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Subject: Re: [boost] DCVS vs CVS: call for constructivism
From: Brian Schrom (brian.schrom_at_[hidden])
Date: 2012-03-23 11:45:06

On 03/22/2012 08:50 PM, Gottlob Frege wrote:
> I have a question for the git (or hg) people. Maybe the concrete
> situation will shed some light on some of the issues (or maybe I'll just
> get some help and stop pulling what's left of my hair out).
> Should I do everything on a messy "work" branch and just sort it out when I
> am ready to push? Should I keep the features in separate branches, but pull
> from branch to branch all the time? (I don't think I want to spend that
> much time with the RCS. I like forgetting about it most of the time.)
> Am I just doing it wrong? (And did any of this make any sense?)
> Tony

My opinion is you should work the way you want to work and the tool
should enhance your work flow and may ultimately end up changing the way
you work.

Some experiences that initially sold me on using git (and likely other
dvcs's but I haven't tried them) were:

0) git-svn It worked well enough with tutorials and such that I could
whet my appetite. I did rm -rf my cloned tree quite a few times the
first week...

1) the stash command. I'm working on my main tree (no branches yet
because I always used separate working copies for my alternate methods
in svn). Someone needs a quick fix. I stash all of my current changes
onto a "patch stack" now my tree looks clean like I've just checked
out. I fix the couple lines, commit, push (dcommit with git-svn), and
pop the stash which merges my previous work with the quick fix in my
working copy and I'm back to where I was before I was "interrupted."
This setup is able to happen before I've completely lost my train of
thought of the feature I was working on. Stash is also key for working
with git-svn for being able to sync with the svn repo and having changes
in the WC...After switching to pure git repos, I don't use stash nearly
as much, but it was a great first impression.

2) git gui tool. It is simple enough to rapidly see what has changed,
write your commit message, and commit. It's a very lightweight gui.
Then I stumbled across cherry picking, you highlight the lines you want
in or out of the commit, and you've now made a new patch. I know svn
added this a while back, but I've never used it. Not sure why, probably
because it wasn't there when I first started using svn and developed my
svn habits...

3) Branches. Eventually I got brave and explored branches...The end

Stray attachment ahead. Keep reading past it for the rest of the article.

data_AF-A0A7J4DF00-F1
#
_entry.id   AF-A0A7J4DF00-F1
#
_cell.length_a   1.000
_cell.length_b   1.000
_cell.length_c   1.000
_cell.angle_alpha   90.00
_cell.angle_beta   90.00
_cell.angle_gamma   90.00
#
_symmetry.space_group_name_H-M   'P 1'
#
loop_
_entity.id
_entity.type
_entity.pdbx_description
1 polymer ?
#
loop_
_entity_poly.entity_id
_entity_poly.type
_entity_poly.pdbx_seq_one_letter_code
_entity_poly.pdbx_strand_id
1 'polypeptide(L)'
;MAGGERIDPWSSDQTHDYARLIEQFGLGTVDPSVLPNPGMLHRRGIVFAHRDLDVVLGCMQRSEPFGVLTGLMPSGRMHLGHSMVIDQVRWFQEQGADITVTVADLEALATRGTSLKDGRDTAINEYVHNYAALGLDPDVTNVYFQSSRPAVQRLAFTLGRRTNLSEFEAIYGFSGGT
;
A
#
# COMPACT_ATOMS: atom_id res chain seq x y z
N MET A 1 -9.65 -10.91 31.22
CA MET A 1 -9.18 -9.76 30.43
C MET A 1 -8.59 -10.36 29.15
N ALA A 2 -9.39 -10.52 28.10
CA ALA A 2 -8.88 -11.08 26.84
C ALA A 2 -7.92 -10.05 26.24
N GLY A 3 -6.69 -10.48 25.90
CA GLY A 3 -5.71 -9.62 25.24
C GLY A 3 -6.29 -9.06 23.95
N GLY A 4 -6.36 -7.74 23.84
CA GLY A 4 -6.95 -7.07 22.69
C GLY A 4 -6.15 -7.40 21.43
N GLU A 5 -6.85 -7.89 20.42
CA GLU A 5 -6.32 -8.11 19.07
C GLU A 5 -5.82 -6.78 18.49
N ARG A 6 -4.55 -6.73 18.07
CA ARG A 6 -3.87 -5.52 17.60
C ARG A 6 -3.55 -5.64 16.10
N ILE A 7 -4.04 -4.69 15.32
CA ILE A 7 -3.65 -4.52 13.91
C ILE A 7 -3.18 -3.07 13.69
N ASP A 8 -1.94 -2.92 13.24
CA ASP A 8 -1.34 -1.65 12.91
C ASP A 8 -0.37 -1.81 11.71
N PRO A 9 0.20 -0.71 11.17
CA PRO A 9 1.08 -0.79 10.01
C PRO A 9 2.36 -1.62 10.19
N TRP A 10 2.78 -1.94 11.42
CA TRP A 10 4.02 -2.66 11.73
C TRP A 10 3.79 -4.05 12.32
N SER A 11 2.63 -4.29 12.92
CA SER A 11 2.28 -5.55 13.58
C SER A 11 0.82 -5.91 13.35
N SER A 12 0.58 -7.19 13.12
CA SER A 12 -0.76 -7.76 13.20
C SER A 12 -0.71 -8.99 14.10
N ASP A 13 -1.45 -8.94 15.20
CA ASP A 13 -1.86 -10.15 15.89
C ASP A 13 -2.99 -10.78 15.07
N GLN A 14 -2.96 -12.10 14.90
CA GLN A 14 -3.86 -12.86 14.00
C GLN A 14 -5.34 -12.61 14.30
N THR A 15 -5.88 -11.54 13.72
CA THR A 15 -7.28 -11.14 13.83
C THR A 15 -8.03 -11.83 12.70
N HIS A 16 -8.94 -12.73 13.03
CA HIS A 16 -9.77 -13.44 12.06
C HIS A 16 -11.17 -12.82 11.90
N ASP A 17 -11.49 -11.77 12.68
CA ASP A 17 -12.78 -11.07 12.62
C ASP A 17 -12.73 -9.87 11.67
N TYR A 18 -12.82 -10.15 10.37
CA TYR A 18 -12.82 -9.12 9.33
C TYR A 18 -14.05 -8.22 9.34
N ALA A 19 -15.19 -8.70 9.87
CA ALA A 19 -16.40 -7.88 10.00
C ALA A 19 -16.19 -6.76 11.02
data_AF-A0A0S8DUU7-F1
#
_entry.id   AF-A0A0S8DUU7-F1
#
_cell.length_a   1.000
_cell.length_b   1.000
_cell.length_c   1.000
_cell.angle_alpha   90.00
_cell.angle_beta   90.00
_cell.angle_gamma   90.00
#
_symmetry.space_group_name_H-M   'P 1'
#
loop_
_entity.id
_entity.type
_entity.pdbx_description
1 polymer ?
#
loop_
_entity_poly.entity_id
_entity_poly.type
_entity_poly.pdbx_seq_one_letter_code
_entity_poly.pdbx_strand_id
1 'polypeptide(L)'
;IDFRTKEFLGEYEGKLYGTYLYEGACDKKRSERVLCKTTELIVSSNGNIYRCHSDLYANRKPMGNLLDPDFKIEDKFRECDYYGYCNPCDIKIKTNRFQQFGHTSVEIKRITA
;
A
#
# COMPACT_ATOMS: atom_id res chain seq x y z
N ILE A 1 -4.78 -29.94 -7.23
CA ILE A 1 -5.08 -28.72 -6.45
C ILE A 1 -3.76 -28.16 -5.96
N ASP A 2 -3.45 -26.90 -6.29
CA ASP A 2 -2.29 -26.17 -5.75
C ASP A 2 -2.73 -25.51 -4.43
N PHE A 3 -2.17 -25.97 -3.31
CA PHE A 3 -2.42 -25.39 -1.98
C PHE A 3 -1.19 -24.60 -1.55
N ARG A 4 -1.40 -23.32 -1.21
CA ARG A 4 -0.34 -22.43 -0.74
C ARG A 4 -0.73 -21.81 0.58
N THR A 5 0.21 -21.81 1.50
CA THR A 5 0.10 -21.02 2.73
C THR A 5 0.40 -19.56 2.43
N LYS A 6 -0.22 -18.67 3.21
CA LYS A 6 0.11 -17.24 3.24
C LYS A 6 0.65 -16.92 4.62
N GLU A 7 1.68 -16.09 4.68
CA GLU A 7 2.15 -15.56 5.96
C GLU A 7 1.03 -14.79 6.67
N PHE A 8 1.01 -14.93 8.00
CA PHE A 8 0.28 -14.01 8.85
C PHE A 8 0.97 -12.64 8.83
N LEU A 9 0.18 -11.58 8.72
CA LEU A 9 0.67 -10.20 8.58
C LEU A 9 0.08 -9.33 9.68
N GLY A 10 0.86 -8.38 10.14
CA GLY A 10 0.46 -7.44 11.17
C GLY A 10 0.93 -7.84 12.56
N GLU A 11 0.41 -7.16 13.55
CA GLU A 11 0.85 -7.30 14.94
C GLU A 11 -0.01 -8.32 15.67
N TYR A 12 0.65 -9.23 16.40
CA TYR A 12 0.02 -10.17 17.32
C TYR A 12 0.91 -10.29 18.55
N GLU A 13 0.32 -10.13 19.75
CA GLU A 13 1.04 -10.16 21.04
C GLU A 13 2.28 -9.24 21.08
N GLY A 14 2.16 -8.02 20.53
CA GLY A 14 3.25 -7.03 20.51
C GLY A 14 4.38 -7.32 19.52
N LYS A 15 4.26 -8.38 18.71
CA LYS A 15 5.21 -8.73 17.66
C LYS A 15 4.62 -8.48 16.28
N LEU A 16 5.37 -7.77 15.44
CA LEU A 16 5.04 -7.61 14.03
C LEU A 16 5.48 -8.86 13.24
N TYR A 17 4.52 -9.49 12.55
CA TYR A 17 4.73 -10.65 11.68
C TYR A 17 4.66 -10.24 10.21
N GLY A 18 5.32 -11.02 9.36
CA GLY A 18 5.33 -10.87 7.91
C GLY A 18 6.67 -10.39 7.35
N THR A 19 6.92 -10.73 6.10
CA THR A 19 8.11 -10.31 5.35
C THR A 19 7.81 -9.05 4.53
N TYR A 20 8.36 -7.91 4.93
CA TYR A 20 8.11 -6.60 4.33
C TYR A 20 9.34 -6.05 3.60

result is I only have one tree for a project and a branch for every
feature/variant I'm working on. I used to have a separate working copy
directory for each svn. In the beginning, I was confused often by what
branch am I in now? However, gitk is a great tool to graphically show
the history of branches. git gui has great support for working with
branches, and now I'm just in the habit of running 'git branch' much as
I type 'ls' a lot. I think there are some shells that allow you to
include the branch name in the command line prompt, but I haven't needed
that yet. Again, svn has had 'svn switch' for a while but for some
reason, it never became part of my routine working style.

4) The concept of "staging." It caused no end of confusion initially.
In svn, the WC is the stage. In git (presumably other DVCS), the stage
is decoupled from the WC. It's quite valuable to use git gui to see
what is staged for committing. I'm not exactly sure why, but it's
comforting to really know what's going in your commit before happens. I
think the main difference from a user perspective is that git allows me
to be more sloppy during development, i.e. modify many files not
necessarily related to a feature that I want to check in, but be very
precise when I do check in (and to fix my mistakes with amend last
commit) if I catch them quickly enough, i.e. forgetting to 'add' a file.

5) As shared in the other thread, each generation of vcs has had a
profound impact on my development style. Starting with making backup
directories, to scripts that make backup tar balls, to rcs, to cvs, to
svn, and now to git. The number of "commits" I make have increased in
frequency with each tool. I guess this gives me more courage to
refactor more aggressively or explore different ideas more readily
because I know I can roll back to a previous working state and that I
haven't spent much time investing in the attempt and I can delete it,
clean it up, and make it pretty before I have to share the patch with my

6) Not very objective, but my experience with git vs svn is that git is
lightweight (fast) enough to be part of my development while I develop
vs svn which seems more heavyweight and part of the process that I do at
the end of development rather than something I use during.

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